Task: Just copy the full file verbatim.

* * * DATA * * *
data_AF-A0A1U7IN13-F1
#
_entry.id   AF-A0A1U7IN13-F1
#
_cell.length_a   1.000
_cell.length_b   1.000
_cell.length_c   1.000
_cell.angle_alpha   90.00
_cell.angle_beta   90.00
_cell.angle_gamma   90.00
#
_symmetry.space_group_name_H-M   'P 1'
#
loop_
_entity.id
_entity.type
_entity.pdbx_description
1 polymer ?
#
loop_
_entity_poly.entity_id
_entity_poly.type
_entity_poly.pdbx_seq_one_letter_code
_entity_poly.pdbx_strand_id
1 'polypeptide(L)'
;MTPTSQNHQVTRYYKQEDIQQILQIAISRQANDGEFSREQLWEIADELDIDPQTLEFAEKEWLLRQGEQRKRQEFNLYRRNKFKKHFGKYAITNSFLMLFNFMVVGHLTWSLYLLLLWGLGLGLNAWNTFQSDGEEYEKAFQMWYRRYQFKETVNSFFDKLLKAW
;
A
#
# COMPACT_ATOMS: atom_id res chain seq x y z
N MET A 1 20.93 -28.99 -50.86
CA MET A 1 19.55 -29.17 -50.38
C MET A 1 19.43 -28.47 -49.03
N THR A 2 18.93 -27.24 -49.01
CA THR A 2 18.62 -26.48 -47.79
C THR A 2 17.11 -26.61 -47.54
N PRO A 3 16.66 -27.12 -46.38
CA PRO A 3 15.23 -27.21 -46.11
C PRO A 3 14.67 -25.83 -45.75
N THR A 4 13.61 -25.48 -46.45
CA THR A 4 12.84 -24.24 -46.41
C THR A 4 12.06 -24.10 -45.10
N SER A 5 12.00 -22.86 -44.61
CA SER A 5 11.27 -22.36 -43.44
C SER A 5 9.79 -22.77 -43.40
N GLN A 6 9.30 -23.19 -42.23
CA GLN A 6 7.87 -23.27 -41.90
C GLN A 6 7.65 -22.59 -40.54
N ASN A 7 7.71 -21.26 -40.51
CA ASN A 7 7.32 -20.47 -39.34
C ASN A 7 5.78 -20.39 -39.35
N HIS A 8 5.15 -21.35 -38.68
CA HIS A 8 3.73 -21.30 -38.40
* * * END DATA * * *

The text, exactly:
data_AF-A0A1U7IN13-F1
#
_entry.id   AF-A0A1U7IN13-F1
#
_cell.length_a   1.000
_cell.length_b   1.000
_cell.length_c   1.000
_cell.angle_alpha   90.00
_cell.angle_beta   90.00
_cell.angle_gamma   90.00
#
_symmetry.space_group_name_H-M   'P 1'
#
loop_
_entity.id
_entity.type
_entity.pdbx_description
1 polymer ?
#
loop_
_entity_poly.entity_id
_entity_poly.type
_entity_poly.pdbx_seq_one_letter_code
_entity_poly.pdbx_strand_id
1 'polypeptide(L)'
;MTPTSQNHQVTRYYKQEDIQQILQIAISRQANDGEFSREQLWEIADELDIDPQTLEFAEKEWLLRQGEQRKRQEFNLYRRNKFKKHFGKYAITNSFLMLFNFMVVGHLTWSLYLLLLWGLGLGLNAWNTFQSDGEEYEKAFQMWYRRYQFKETVNSFFDKLLKAW
;
A
#
# COMPACT_ATOMS: atom_id res chain seq x y z
N MET A 1 20.93 -28.99 -50.86
CA MET A 1 19.55 -29.17 -50.38
C MET A 1 19.43 -28.47 -49.03
N THR A 2 18.93 -27.24 -49.01
CA THR A 2 18.62 -26.48 -47.79
C THR A 2 17.11 -26.61 -47.54
N PRO A 3 16.66 -27.12 -46.38
CA PRO A 3 15.23 -27.21 -46.11
C PRO A 3 14.67 -25.83 -45.75
N THR A 4 13.61 -25.48 -46.45
CA THR A 4 12.84 -24.24 -46.41
C THR A 4 12.06 -24.10 -45.10
N SER A 5 12.00 -22.86 -44.61
CA SER A 5 11.27 -22.36 -43.44
C SER A 5 9.79 -22.77 -43.40
N GLN A 6 9.30 -23.19 -42.23
CA GLN A 6 7.87 -23.27 -41.90
C GLN A 6 7.65 -22.59 -40.54
N ASN A 7 7.71 -21.26 -40.51
CA ASN A 7 7.32 -20.47 -39.34
C ASN A 7 5.78 -20.39 -39.35
N HIS A 8 5.15 -21.35 -38.68
CA HIS A 8 3.73 -21.30 -38.40